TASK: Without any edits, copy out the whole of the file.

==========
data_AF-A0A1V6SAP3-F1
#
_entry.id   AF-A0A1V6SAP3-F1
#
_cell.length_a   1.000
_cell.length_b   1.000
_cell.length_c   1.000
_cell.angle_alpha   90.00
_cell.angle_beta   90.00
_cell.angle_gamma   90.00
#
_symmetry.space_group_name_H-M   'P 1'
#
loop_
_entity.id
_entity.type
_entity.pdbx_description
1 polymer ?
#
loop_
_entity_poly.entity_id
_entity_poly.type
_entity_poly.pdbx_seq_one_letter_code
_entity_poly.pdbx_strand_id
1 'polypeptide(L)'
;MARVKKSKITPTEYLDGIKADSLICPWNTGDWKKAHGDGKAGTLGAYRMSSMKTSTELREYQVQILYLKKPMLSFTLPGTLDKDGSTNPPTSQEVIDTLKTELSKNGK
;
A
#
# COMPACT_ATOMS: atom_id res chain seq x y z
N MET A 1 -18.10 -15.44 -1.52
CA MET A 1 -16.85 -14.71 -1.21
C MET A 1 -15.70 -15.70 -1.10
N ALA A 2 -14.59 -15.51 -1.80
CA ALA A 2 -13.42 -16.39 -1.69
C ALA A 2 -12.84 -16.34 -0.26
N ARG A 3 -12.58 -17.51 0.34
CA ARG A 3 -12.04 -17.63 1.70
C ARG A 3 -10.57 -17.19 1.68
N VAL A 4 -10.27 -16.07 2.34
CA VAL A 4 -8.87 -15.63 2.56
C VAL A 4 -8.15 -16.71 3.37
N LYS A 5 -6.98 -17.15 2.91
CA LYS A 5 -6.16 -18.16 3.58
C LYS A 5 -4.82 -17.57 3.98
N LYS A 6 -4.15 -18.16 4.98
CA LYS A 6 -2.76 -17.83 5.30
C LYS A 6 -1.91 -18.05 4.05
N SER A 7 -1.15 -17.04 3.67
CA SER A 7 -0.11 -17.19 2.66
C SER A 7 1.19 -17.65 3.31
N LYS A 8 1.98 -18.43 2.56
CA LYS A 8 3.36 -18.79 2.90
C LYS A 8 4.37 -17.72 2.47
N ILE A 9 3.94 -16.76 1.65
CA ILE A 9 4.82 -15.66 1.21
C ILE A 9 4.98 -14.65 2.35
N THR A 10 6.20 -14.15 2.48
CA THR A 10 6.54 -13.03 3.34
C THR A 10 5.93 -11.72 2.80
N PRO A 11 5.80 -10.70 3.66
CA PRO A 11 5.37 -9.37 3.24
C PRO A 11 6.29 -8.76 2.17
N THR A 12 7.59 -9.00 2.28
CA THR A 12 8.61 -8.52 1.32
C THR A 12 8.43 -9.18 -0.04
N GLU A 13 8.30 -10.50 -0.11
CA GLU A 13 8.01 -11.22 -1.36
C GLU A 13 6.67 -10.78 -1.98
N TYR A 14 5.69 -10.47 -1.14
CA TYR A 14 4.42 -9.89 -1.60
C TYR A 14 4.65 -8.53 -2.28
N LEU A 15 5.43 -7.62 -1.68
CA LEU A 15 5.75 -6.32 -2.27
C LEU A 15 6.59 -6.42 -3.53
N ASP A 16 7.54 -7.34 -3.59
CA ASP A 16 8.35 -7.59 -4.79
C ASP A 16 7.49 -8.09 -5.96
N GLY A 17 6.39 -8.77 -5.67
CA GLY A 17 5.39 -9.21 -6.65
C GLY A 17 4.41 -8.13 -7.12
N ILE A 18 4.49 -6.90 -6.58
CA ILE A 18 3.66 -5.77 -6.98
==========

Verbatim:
data_AF-A0A1V6SAP3-F1
#
_entry.id   AF-A0A1V6SAP3-F1
#
_cell.length_a   1.000
_cell.length_b   1.000
_cell.length_c   1.000
_cell.angle_alpha   90.00
_cell.angle_beta   90.00
_cell.angle_gamma   90.00
#
_symmetry.space_group_name_H-M   'P 1'
#
loop_
_entity.id
_entity.type
_entity.pdbx_description
1 polymer ?
#
loop_
_entity_poly.entity_id
_entity_poly.type
_entity_poly.pdbx_seq_one_letter_code
_entity_poly.pdbx_strand_id
1 'polypeptide(L)'
;MARVKKSKITPTEYLDGIKADSLICPWNTGDWKKAHGDGKAGTLGAYRMSSMKTSTELREYQVQILYLKKPMLSFTLPGTLDKDGSTNPPTSQEVIDTLKTELSKNGK
;
A
#
# COMPACT_ATOMS: atom_id res chain seq x y z
N MET A 1 -18.10 -15.44 -1.52
CA MET A 1 -16.85 -14.71 -1.21
C MET A 1 -15.70 -15.70 -1.10
N ALA A 2 -14.59 -15.51 -1.80
CA ALA A 2 -13.42 -16.39 -1.69
C ALA A 2 -12.84 -16.34 -0.26
N ARG A 3 -12.58 -17.51 0.34
CA ARG A 3 -12.04 -17.63 1.70
C ARG A 3 -10.57 -17.19 1.68
N VAL A 4 -10.27 -16.07 2.34
CA VAL A 4 -8.87 -15.63 2.56
C VAL A 4 -8.15 -16.71 3.37
N LYS A 5 -6.98 -17.15 2.91
CA LYS A 5 -6.16 -18.16 3.58
C LYS A 5 -4.82 -17.57 3.98
N LYS A 6 -4.15 -18.16 4.98
CA LYS A 6 -2.76 -17.83 5.30
C LYS A 6 -1.91 -18.05 4.05
N SER A 7 -1.15 -17.04 3.67
CA SER A 7 -0.11 -17.19 2.66
C SER A 7 1.19 -17.65 3.31
N LYS A 8 1.98 -18.43 2.56
CA LYS A 8 3.36 -18.79 2.90
C LYS A 8 4.37 -17.72 2.47
N ILE A 9 3.94 -16.76 1.65
CA ILE A 9 4.82 -15.66 1.21
C ILE A 9 4.98 -14.65 2.35
N THR A 10 6.20 -14.15 2.48
CA THR A 10 6.54 -13.03 3.34
C THR A 10 5.93 -11.72 2.80
N PRO A 11 5.80 -10.70 3.66
CA PRO A 11 5.37 -9.37 3.24
C PRO A 11 6.29 -8.76 2.17
N THR A 12 7.59 -9.00 2.28
CA THR A 12 8.61 -8.52 1.32
C THR A 12 8.43 -9.18 -0.04
N GLU A 13 8.30 -10.50 -0.11
CA GLU A 13 8.01 -11.22 -1.36
C GLU A 13 6.67 -10.78 -1.98
N TYR A 14 5.69 -10.47 -1.14
CA TYR A 14 4.42 -9.89 -1.60
C TYR A 14 4.65 -8.53 -2.28
N LEU A 15 5.43 -7.62 -1.68
CA LEU A 15 5.75 -6.32 -2.27
C LEU A 15 6.59 -6.42 -3.53
N ASP A 16 7.54 -7.34 -3.59
CA ASP A 16 8.35 -7.59 -4.79
C ASP A 16 7.49 -8.09 -5.96
N GLY A 17 6.39 -8.77 -5.67
CA GLY A 17 5.39 -9.21 -6.65
C GLY A 17 4.41 -8.13 -7.12
N ILE A 18 4.49 -6.90 -6.58
CA ILE A 18 3.66 -5.77 -6.98